Spinal Dysraphism

Other Names: SD
Affected Genes: NKX2-8
Inheritance: Autosomal Recessive
Mutation: Complex Rearrangement

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Common Symptoms

Spinal dysraphism is an inherited developmental disease affecting weimaraners. Affected dogs have abnormal development of the spinal cord resulting in neurologic disease. Clinical signs range from mild to severe depending upon the severity and location of spinal cord defects. Affected dogs typically present at 4 to 6 weeks of age with a “bunny hopping” gait, a crouching, wide-based stance, and abnormal reflexes in the hind limbs. Abnormal hair growth along the back, curvature of the spine, malformed sternum and kinked tails have also been reported. Clinical signs of the disease do not progress in severity with age.


Breed-Specific Information for the Weimaraner

The Mutation of the NKX2-8 gene associated with spinal dysraphism has been identified in weimaraners. Though the exact frequency in the overall weimaraner population is unknown, approximately 3% out of 109 unrelated weimaraners tested were carriers of the mutation.


Testing Tips

Genetic testing of the NKX2-8 gene in weimaraners will reliably determine whether a dog is a genetic Carrier of spinal dysraphism (weimaraner type). Spinal dysraphism is inherited in an Autosomal Recessive manner in dogs meaning that they must receive two copies of the mutated gene (one from each parent) to develop the disease. In general, carrier dogs do not have features of the disease but when bred with another carrier of the same Mutation, there is a risk of having affected pups. Each pup that is born to this pairing has a 25% chance of inheriting the disease and a 50% chance of inheriting one copy and being a carrier of the NKX2-8 gene mutation. Reliable genetic testing is important for determining breeding practices. In order to eliminate this mutation from breeding lines and to avoid the potential of producing affected pups, breeding of known carriers to each other is not recommended. Weimaraners that are not carriers of the mutation have no increased risk of having affected pups.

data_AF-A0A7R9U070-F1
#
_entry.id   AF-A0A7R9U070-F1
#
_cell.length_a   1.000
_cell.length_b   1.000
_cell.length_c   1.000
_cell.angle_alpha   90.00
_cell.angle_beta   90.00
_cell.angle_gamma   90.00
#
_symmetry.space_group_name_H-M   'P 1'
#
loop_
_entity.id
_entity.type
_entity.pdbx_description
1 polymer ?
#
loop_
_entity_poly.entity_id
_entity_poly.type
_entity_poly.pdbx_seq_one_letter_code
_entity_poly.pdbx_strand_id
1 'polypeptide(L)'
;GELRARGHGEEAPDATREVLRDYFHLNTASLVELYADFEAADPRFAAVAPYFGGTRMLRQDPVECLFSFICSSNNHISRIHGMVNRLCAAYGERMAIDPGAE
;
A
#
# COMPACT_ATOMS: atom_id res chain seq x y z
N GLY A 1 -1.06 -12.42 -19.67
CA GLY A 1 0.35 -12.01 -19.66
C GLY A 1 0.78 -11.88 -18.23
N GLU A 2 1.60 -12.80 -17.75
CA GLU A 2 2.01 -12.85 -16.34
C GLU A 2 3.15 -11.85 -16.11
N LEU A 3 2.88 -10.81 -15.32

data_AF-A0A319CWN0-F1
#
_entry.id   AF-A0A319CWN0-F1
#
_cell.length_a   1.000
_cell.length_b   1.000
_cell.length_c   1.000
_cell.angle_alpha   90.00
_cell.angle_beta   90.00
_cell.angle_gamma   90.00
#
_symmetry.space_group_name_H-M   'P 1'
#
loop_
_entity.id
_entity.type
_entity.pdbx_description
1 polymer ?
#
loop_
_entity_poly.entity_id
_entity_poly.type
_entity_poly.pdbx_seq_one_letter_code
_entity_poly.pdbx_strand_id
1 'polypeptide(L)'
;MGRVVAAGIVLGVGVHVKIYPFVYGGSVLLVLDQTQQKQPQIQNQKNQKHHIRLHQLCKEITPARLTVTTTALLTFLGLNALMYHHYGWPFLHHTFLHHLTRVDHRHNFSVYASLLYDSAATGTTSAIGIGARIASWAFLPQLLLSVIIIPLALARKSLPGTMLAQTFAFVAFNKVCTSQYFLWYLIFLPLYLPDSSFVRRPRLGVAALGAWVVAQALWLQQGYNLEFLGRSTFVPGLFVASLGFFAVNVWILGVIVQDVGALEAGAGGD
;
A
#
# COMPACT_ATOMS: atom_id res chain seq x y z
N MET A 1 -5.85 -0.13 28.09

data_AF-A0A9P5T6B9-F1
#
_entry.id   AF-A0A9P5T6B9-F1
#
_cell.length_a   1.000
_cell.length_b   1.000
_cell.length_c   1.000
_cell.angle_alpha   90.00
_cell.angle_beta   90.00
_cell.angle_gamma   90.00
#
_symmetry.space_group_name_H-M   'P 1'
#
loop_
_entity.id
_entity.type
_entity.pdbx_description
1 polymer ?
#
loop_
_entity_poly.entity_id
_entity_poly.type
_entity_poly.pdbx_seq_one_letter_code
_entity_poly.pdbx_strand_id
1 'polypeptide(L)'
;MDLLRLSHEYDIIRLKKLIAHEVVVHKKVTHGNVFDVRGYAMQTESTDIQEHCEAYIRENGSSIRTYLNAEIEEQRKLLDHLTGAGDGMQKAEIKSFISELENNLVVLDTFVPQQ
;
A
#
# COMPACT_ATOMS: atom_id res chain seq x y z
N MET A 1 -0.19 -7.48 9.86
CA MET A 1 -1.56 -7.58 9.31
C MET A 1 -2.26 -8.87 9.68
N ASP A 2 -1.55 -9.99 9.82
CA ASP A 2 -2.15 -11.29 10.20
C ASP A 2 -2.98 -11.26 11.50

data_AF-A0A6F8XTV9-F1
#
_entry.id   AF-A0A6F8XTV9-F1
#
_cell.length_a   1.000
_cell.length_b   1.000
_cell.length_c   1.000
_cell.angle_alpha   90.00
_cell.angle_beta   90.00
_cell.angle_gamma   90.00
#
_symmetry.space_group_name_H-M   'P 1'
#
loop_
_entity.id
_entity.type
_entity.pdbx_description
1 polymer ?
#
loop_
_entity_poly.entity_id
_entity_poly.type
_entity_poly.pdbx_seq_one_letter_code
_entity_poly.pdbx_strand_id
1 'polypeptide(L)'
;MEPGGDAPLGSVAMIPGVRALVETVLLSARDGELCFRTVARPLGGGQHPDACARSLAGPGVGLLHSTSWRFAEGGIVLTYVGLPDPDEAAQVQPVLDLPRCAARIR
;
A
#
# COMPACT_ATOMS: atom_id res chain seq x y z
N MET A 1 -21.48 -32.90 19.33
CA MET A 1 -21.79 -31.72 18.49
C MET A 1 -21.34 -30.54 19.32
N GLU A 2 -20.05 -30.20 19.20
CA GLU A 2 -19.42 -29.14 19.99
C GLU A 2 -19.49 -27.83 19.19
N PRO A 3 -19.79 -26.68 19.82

There may be other causes of this condition in dogs and a normal result does not exclude a different mutation in this gene or any other gene that may result in a similar genetic disease or trait.


References

  • Confer AW, Ward BC. Spinal dysraphism: a congenital myelodysplasia in the Weimaraner. J Am Vet Med Assoc. 1972 May 15;160(10):1423-6. [PubMed: 5023160]
  • McGrath JT. Spinal dysraphism in the dog. With comments on syringomyelia. Pathol Vet. 1965;2:Suppl:1-36. [PubMed: 5893238]
  • Safra N, Bassuk AG, Ferguson PJ, Aguilar M, Coulson RL, Thomas N, Hitchens PL, Dickinson PJ, Vernau KM, Wolf ZT, Bannasch DL. Genome-Wide association mapping in dogs enables identification of the homeobox gene, NKX2-8, as a genetic component of neural tube defects in humans. PLoS Genet. 2013;9(7):e1003646. [PubMed: 23874236]